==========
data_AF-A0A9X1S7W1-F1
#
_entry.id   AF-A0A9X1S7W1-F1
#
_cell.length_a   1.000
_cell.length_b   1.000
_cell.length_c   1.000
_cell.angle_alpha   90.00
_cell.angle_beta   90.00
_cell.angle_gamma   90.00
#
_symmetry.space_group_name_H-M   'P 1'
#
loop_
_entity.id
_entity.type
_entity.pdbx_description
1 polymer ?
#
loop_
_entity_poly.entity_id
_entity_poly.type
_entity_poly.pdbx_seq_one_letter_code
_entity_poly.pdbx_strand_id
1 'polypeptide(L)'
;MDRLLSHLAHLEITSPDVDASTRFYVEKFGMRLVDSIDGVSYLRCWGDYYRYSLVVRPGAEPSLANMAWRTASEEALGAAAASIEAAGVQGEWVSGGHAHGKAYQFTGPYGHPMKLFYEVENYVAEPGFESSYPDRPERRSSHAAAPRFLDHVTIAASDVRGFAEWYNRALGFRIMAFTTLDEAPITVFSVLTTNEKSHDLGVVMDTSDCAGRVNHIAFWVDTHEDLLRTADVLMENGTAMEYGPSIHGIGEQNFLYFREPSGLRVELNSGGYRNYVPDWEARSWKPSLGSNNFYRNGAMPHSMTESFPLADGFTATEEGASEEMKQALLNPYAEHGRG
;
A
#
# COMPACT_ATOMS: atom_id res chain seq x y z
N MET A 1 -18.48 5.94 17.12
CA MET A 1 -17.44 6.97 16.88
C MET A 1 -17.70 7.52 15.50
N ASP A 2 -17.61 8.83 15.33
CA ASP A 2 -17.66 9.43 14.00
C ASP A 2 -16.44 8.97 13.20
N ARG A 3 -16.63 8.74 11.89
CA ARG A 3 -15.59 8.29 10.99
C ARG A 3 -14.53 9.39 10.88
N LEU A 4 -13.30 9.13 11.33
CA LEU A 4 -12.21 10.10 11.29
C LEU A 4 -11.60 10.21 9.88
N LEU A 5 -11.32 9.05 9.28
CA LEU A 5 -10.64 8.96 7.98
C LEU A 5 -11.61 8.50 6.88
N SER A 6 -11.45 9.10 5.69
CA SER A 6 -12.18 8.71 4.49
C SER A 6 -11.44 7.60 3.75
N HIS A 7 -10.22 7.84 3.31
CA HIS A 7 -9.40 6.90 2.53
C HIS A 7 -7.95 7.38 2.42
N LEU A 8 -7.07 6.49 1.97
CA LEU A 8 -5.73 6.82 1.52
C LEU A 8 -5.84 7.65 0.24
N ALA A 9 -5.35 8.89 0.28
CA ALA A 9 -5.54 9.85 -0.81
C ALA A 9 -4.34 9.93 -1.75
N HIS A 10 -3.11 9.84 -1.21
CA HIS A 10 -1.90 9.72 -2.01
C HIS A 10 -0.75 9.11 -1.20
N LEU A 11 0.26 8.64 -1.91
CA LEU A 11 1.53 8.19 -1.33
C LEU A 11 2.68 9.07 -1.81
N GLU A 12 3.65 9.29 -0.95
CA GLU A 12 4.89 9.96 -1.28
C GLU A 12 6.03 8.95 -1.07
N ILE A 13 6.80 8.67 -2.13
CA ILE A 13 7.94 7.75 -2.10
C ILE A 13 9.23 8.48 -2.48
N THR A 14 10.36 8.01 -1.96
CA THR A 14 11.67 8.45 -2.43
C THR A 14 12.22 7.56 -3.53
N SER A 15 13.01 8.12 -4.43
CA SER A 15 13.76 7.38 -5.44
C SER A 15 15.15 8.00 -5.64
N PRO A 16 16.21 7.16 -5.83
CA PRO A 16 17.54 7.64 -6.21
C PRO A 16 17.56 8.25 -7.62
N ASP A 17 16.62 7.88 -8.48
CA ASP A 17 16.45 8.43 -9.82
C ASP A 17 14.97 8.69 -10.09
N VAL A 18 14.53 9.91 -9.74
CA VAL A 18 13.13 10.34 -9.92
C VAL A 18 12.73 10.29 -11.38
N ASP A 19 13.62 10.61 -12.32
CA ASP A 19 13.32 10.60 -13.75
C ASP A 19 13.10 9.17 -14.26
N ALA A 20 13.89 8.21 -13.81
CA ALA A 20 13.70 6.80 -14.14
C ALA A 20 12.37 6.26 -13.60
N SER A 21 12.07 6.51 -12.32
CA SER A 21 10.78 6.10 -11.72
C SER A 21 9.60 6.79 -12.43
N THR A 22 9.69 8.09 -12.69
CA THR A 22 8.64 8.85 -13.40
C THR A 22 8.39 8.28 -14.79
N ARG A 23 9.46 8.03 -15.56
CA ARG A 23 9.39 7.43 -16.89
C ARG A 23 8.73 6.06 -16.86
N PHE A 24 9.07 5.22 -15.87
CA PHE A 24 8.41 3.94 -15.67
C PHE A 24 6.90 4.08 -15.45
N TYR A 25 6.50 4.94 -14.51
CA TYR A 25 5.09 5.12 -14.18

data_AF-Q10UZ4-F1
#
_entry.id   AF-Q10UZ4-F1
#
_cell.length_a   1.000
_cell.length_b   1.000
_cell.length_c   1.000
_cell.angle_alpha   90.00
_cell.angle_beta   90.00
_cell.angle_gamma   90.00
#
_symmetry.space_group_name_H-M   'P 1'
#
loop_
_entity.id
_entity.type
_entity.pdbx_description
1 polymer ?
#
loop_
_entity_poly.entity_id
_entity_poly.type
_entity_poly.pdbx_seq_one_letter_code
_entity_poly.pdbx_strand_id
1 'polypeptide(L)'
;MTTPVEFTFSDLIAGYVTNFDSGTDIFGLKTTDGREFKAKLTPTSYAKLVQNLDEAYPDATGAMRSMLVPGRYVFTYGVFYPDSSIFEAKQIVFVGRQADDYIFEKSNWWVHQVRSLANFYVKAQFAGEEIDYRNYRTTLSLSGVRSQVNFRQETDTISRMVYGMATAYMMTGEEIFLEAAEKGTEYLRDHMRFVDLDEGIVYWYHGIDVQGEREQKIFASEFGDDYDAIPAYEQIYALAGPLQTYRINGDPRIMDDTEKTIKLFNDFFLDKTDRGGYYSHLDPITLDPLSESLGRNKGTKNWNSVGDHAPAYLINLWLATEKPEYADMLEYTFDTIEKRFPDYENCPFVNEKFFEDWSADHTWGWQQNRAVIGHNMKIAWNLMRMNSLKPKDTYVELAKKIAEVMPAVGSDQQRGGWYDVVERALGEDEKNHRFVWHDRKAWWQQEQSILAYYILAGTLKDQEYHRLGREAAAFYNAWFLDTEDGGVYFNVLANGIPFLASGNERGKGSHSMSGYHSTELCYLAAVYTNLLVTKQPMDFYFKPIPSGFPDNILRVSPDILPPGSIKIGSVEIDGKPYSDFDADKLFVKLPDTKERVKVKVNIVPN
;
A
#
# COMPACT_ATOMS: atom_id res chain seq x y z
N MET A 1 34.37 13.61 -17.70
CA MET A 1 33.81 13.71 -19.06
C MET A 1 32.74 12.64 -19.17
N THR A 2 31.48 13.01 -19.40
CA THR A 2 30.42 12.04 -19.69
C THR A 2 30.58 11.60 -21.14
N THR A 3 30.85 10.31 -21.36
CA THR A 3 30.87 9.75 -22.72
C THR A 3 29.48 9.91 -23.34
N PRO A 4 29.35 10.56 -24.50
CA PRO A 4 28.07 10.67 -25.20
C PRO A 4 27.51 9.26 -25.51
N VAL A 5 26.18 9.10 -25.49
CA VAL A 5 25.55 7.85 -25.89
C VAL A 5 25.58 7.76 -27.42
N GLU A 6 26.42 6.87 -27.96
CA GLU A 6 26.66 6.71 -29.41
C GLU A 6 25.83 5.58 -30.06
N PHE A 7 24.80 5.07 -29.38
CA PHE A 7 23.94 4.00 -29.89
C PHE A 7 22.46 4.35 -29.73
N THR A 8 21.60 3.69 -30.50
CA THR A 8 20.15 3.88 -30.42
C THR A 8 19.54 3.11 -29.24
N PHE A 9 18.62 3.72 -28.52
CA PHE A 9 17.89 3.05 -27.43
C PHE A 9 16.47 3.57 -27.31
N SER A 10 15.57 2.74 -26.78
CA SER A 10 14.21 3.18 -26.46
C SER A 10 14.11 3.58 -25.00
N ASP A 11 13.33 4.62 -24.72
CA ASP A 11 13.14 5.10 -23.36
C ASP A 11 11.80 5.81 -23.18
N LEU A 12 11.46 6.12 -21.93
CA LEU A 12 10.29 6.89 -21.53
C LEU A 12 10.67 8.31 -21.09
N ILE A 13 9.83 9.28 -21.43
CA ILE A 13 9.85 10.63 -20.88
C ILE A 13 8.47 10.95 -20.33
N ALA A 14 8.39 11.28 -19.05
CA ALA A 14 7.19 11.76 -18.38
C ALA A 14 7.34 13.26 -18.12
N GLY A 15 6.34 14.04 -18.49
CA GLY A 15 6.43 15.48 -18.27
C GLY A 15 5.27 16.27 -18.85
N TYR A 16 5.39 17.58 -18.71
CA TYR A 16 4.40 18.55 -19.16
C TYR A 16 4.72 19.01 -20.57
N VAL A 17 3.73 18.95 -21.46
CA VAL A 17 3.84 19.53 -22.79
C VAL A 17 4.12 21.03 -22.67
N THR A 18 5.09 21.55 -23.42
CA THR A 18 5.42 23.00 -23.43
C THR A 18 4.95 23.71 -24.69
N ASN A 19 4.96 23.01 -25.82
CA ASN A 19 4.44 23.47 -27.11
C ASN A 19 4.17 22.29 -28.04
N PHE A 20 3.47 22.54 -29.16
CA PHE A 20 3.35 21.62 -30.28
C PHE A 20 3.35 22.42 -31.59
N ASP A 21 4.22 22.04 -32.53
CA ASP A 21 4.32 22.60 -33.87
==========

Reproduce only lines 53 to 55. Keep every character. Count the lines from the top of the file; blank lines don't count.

CA LEU A 8 -5.73 6.82 1.52
C LEU A 8 -5.84 7.65 0.24
N ALA A 9 -5.35 8.89 0.28